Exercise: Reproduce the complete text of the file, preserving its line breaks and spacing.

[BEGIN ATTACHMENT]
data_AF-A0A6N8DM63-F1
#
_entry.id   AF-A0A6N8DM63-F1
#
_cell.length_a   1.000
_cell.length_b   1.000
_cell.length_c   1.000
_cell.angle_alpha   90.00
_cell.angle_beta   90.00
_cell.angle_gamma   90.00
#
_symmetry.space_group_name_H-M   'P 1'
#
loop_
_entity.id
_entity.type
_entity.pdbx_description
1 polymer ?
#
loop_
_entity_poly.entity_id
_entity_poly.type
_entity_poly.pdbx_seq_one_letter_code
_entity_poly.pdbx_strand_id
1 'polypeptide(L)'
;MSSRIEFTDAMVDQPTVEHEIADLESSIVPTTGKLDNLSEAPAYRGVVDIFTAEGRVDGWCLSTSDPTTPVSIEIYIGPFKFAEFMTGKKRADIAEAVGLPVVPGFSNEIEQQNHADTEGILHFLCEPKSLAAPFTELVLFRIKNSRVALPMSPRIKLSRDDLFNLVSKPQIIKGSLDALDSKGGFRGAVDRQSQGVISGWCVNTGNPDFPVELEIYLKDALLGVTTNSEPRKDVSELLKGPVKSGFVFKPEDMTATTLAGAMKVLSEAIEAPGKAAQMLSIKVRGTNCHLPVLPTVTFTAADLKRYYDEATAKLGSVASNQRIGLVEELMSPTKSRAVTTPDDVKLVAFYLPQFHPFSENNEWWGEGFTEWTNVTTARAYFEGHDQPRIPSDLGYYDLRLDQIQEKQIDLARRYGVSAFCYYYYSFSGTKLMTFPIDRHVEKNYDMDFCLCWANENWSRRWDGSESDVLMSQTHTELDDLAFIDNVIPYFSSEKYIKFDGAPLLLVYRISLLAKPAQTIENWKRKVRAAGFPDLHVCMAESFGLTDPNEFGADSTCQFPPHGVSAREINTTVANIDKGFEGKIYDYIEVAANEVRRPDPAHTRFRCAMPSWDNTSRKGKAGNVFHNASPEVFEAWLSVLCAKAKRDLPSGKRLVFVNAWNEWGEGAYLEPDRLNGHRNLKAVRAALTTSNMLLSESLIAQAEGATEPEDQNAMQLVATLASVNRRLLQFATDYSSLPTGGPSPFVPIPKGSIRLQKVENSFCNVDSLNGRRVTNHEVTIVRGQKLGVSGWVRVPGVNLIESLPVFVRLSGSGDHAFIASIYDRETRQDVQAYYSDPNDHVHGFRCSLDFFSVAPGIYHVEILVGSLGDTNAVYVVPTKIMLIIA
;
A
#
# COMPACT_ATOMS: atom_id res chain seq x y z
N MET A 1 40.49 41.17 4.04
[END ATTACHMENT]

data_AF-A0A6N8DM63-F1
#
_entry.id   AF-A0A6N8DM63-F1
#
_cell.length_a   1.000
_cell.length_b   1.000
_cell.length_c   1.000
_cell.angle_alpha   90.00
_cell.angle_beta   90.00
_cell.angle_gamma   90.00
#
_symmetry.space_group_name_H-M   'P 1'
#
loop_
_entity.id
_entity.type
_entity.pdbx_description
1 polymer ?
#
loop_
_entity_poly.entity_id
_entity_poly.type
_entity_poly.pdbx_seq_one_letter_code
_entity_poly.pdbx_strand_id
1 'polypeptide(L)'
;MSSRIEFTDAMVDQPTVEHEIADLESSIVPTTGKLDNLSEAPAYRGVVDIFTAEGRVDGWCLSTSDPTTPVSIEIYIGPFKFAEFMTGKKRADIAEAVGLPVVPGFSNEIEQQNHADTEGILHFLCEPKSLAAPFTELVLFRIKNSRVALPMSPRIKLSRDDLFNLVSKPQIIKGSLDALDSKGGFRGAVDRQSQGVISGWCVNTGNPDFPVELEIYLKDALLGVTTNSEPRKDVSELLKGPVKSGFVFKPEDMTATTLAGAMKVLSEAIEAPGKAAQMLSIKVRGTNCHLPVLPTVTFTAADLKRYYDEATAKLGSVASNQRIGLVEELMSPTKSRAVTTPDDVKLVAFYLPQFHPFSENNEWWGEGFTEWTNVTTARAYFEGHDQPRIPSDLGYYDLRLDQIQEKQIDLARRYGVSAFCYYYYSFSGTKLMTFPIDRHVEKNYDMDFCLCWANENWSRRWDGSESDVLMSQTHTELDDLAFIDNVIPYFSSEKYIKFDGAPLLLVYRISLLAKPAQTIENWKRKVRAAGFPDLHVCMAESFGLTDPNEFGADSTCQFPPHGVSAREINTTVANIDKGFEGKIYDYIEVAANEVRRPDPAHTRFRCAMPSWDNTSRKGKAGNVFHNASPEVFEAWLSVLCAKAKRDLPSGKRLVFVNAWNEWGEGAYLEPDRLNGHRNLKAVRAALTTSNMLLSESLIAQAEGATEPEDQNAMQLVATLASVNRRLLQFATDYSSLPTGGPSPFVPIPKGSIRLQKVENSFCNVDSLNGRRVTNHEVTIVRGQKLGVSGWVRVPGVNLIESLPVFVRLSGSGDHAFIASIYDRETRQDVQAYYSDPNDHVHGFRCSLDFFSVAPGIYHVEILVGSLGDTNAVYVVPTKIMLIIA
;
A
#
# COMPACT_ATOMS: atom_id res chain seq x y z
N MET A 1 40.49 41.17 4.04